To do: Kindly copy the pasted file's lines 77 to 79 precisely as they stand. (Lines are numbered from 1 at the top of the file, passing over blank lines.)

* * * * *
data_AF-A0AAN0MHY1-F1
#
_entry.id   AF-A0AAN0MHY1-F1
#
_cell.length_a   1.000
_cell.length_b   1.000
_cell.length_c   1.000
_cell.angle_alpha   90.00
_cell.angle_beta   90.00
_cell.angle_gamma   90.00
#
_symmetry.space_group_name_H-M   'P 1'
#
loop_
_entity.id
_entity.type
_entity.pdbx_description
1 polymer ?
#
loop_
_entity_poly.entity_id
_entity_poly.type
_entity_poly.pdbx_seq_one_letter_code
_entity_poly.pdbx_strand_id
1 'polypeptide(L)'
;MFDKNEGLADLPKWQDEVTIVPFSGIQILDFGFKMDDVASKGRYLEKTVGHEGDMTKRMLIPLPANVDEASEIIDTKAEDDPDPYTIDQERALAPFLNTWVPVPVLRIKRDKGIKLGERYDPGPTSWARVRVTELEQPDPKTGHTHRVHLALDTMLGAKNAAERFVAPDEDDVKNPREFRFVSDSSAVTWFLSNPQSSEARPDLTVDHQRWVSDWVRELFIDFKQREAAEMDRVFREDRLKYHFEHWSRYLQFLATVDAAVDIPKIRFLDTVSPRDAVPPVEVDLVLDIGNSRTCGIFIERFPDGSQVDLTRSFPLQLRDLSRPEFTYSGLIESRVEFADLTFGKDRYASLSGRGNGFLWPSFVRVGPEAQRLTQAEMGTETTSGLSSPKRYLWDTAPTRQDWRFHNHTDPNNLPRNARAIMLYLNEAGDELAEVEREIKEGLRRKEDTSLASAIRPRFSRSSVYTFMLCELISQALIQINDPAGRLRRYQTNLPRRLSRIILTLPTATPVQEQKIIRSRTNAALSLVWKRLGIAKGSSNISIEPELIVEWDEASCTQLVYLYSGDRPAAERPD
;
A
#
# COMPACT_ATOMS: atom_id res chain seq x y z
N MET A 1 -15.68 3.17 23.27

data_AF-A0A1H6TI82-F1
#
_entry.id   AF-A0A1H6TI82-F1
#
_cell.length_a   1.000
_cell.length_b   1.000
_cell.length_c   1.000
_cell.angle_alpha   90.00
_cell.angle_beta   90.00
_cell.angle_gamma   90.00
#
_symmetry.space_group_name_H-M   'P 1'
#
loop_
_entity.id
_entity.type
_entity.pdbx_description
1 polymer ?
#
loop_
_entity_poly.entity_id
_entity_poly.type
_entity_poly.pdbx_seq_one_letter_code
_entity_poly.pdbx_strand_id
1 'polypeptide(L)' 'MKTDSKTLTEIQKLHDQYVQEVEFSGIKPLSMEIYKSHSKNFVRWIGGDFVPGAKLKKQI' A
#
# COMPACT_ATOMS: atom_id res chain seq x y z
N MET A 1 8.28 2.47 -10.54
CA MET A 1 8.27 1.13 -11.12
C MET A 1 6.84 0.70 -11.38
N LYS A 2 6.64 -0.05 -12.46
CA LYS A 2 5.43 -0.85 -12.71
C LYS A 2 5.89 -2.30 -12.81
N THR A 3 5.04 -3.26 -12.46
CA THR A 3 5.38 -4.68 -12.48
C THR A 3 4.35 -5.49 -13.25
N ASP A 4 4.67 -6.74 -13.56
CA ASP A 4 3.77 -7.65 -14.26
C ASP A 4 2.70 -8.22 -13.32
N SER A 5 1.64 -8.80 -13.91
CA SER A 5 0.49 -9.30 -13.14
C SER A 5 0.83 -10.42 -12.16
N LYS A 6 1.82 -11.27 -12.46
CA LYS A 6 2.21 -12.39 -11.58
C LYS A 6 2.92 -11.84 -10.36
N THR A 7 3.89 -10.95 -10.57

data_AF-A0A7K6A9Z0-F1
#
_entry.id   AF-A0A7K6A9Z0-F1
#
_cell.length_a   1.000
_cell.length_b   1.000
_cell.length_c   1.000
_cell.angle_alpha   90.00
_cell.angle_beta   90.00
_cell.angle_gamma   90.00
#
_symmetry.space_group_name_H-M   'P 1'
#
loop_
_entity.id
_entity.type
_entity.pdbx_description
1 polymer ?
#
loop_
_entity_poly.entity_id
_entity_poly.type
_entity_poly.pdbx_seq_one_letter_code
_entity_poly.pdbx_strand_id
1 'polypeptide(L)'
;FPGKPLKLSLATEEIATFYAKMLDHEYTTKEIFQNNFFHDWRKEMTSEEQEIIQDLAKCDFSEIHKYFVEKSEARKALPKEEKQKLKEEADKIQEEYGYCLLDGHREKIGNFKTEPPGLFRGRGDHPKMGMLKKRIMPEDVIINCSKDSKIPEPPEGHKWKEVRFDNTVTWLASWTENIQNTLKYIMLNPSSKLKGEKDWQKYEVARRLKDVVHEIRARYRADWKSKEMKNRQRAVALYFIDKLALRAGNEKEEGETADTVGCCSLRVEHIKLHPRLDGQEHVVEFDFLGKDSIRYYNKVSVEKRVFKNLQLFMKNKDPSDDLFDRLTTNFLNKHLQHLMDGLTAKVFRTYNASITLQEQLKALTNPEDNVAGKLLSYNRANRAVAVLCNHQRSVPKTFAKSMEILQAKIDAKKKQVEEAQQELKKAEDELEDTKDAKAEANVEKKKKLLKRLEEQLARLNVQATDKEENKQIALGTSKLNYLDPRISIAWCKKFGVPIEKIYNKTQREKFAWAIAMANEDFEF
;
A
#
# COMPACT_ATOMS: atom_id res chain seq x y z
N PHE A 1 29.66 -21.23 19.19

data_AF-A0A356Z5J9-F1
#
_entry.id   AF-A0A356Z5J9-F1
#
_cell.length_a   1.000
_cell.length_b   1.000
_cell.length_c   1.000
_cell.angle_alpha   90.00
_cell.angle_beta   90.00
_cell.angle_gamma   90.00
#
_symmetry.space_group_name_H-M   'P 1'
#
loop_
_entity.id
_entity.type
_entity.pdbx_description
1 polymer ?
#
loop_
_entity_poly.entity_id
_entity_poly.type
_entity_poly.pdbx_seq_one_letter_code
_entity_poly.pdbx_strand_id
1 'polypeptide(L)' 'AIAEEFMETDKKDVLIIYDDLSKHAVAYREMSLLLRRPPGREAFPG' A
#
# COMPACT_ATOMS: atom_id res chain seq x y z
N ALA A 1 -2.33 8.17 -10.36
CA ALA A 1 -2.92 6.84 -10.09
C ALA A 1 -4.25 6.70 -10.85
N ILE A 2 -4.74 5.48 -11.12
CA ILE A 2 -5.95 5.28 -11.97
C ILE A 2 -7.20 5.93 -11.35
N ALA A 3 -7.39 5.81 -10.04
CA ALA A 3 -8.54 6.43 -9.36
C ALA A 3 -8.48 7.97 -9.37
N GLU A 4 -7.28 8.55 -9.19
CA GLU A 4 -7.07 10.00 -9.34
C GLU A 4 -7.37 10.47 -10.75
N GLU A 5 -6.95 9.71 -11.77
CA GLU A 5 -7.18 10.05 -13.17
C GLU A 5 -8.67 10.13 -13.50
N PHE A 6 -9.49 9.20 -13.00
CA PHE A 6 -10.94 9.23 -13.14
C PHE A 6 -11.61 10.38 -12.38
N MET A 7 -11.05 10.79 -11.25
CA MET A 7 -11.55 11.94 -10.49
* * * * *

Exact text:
N THR A 7 3.89 -10.95 -10.57

data_AF-A0A7K6A9Z0-F1
#